February 17th, 2009

Tagalus: Hashing through Twitter hashtags… and testing OAuth too


It’s no secret that Portland is into Twitter in a big way.

For many of the folks in the Web and mobile tech scene, it’s the way we stay in contact, spread news, and organize events. As such, we’re always trying to convince new folks to try it.

“I realize it looks stupid, but just try it,” we say. “Trust me.”

And once we get folks to try it, one of the first questions that always comes up is “What’s with all the #whatever stuff?”

This question used to be immediately followed by a deep sigh as we gathered our strength to explain the peculiar method and science surrounding the selection of #hashtags. How those pound-sign assisted acronyms and compounds provide a semblance of a taxonomy for a largely unclassifiable stream of blob files. How arduous the careful selection of canonical tags that reduce typing complexity while enforcing a unique and traceable presence can be.

Yes, it really was that difficult.

Enter tagalus

That was then. Now, thanks to Portland-based tagalus, we have a simple answer: “Go to tagal.us and look it up.”

How? Let’s take an example, shall we? Yes, we shall.

You see the following tweet come across your tweet stream: “When I was a kid, we had to guess as to what those cryptic hashtags meant. And we liked it. #getoffmylawn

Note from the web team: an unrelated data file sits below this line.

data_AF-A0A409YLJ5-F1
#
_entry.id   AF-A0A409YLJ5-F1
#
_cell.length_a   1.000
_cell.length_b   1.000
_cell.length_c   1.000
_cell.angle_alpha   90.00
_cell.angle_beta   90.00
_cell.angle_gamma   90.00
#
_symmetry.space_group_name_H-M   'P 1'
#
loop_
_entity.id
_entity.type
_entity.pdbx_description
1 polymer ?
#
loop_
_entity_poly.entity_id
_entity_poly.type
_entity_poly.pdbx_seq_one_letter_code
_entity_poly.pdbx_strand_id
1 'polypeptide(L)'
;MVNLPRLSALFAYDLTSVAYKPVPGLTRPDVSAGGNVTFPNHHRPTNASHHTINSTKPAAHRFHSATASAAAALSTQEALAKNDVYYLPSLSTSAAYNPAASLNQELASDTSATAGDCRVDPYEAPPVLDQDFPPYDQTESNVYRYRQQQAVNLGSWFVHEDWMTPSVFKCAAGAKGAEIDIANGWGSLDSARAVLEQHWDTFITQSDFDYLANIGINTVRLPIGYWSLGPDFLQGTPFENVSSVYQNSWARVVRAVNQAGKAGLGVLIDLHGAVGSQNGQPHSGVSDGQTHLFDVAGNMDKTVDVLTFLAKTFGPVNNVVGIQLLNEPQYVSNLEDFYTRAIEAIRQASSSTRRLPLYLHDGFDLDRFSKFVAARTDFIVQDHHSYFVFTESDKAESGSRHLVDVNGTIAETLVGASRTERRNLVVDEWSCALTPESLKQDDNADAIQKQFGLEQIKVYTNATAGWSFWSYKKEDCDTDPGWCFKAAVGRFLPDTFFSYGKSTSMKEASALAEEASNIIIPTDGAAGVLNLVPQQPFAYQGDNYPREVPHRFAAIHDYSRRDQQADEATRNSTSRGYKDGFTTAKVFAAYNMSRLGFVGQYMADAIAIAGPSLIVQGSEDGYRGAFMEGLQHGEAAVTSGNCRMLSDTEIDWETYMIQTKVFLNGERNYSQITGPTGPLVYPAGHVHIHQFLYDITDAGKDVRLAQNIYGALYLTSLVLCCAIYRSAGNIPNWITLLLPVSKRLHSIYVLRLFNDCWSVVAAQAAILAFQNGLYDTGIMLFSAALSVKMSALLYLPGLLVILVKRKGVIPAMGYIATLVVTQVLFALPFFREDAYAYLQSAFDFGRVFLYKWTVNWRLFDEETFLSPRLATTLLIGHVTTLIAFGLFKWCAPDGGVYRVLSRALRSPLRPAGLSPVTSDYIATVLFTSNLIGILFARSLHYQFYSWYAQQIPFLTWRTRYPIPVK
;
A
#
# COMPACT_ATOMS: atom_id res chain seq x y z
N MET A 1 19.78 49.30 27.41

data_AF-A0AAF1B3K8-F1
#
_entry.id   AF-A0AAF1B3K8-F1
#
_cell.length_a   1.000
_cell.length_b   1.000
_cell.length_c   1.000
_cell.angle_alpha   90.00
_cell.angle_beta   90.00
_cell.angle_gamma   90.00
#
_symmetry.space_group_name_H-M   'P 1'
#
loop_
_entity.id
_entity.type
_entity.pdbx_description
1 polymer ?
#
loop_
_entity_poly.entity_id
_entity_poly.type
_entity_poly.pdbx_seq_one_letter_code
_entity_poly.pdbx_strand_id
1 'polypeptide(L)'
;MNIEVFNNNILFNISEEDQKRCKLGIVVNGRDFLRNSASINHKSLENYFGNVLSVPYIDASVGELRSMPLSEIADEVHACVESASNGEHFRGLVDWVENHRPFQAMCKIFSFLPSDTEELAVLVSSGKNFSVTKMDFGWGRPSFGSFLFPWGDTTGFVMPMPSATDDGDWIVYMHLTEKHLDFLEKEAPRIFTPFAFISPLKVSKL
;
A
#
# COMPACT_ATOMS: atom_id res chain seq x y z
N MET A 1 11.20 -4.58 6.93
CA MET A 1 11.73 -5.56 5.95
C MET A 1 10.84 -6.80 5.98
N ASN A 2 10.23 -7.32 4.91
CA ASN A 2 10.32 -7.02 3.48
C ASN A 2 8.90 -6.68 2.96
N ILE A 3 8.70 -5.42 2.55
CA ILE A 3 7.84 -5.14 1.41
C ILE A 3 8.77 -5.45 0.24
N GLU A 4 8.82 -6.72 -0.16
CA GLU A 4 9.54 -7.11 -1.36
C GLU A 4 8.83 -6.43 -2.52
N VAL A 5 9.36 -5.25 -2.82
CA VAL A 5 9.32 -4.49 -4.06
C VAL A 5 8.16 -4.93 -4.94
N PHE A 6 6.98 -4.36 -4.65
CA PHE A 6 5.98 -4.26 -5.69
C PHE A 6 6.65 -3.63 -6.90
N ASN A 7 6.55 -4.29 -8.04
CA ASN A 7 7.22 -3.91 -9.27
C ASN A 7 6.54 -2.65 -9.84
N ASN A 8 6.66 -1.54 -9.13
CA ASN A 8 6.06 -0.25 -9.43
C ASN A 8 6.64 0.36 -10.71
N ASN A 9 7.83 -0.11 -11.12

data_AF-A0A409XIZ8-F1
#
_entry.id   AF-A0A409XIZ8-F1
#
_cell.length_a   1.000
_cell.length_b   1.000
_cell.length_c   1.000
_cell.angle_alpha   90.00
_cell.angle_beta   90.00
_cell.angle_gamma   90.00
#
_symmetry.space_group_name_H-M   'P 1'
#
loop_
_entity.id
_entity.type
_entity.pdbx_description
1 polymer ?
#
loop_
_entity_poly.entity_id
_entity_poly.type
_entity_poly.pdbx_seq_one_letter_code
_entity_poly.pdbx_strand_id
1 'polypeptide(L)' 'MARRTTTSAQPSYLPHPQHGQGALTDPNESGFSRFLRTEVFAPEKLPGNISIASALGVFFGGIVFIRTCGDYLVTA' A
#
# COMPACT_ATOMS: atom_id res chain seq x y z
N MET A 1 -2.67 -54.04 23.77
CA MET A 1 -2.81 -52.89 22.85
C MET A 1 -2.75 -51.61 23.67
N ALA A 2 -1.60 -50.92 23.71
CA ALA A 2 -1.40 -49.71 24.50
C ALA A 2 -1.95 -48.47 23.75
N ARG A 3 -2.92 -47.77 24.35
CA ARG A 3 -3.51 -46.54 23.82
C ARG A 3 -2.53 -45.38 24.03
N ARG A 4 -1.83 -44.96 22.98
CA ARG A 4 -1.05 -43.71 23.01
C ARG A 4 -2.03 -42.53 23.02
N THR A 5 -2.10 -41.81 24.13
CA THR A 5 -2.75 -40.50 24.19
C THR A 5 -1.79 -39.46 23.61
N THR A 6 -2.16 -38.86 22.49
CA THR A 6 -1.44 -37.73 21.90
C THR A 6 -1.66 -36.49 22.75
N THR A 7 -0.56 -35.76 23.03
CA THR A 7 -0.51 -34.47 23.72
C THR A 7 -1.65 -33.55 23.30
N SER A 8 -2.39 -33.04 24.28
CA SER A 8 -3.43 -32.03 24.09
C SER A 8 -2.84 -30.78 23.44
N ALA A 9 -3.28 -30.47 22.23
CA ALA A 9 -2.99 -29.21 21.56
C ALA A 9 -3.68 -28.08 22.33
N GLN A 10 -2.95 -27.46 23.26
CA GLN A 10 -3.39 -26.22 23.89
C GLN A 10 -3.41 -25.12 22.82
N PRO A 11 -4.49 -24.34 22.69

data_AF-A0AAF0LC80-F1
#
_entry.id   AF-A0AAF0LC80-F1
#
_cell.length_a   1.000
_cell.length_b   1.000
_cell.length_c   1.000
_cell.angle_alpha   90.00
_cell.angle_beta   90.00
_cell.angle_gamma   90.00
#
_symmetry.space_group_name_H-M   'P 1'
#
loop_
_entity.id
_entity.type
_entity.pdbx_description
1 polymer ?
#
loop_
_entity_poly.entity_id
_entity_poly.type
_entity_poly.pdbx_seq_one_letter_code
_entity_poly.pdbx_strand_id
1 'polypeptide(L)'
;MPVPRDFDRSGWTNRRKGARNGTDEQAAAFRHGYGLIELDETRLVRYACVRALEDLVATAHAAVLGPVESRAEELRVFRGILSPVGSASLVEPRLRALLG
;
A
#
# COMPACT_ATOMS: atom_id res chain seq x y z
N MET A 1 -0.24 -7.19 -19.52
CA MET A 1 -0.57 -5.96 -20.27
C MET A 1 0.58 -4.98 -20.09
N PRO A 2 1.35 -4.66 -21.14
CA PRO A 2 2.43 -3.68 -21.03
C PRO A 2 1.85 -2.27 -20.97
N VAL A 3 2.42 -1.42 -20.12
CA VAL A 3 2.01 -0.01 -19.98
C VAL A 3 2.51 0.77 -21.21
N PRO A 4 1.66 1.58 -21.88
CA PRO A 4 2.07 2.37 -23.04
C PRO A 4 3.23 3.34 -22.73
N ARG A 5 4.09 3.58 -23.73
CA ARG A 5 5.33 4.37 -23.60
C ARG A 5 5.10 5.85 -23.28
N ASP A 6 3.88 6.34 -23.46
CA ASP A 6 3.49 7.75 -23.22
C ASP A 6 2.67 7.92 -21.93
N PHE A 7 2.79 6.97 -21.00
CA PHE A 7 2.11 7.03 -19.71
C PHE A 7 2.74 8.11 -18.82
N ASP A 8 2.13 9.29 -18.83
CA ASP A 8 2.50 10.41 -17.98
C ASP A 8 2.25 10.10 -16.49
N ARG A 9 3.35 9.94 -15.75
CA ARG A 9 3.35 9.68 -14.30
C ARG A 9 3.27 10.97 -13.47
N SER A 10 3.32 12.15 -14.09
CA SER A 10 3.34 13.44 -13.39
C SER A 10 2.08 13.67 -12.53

“#getoffmylawn?” you say. “I wonder what that means.”

So you head over to tagal.us and search for #getoffmylawn. Where you’ll see my definition.

Maybe it helps you. Maybe you disagree. Or maybe you want to clarify. Have at it. Tagalus was made to share those opinions and clarifications.

Or maybe you have a hashtag you’d like to define for someone else? No problem. Head over to tagal.us and submit it—or send @tagalus a tweet from Twitter to define a hashtag without leaving the comfort of your tweet stream. For example, “@tagalus define ip4 as Ignite Portland 4 – a hipster event according to KGW.” (You also have the option of using “def” instead of “define,” since I know you’re always worried about your character count.)

Long story short, it’s like a little publicly edited dictionary for Twitter hashtags that you help curate. How cool is that? It’s very cool, my friend.

But why stop there?

Tagalus is still in beta—so why not add more features? How about OAuth? Okay!

What’s OAuth you say? It’s a cousin to one of our favorite login methods, OpenID.

This is what OAuth does, it allows the you the User to grant access to your private resources on one site (which is called the Service Provider), to another site (called Consumer, not to be confused with you, the User). While OpenID is all about using a single identity to sign into many sites, OAuth is about giving access to your stuff without sharing your identity at all (or its secret parts).

In other words, it makes sure that you don’t have to share your Twitter password with the applications that you want to use in combination with Twitter. Instead, Twitter brokers the deal for you—confirming you are who you say you are.

tagalus OAuth

If that sounds interesting to you, tagalus is currently testing an OAuth login. Simply visit the tagalus OAuth page and log in. Voila! You just used OAuth.

Get to defining those hashtags

So now you’re ready to join in the fun. Create a new hashtag and define it, clarify the definition of an existing hashtag, or be the first to define an “oldie but a goodie” hashtag. (I was surprised to be the first to define #getoffmylawn.) I can’t wait to have a better understanding about all those cryptic tweets you’re sending.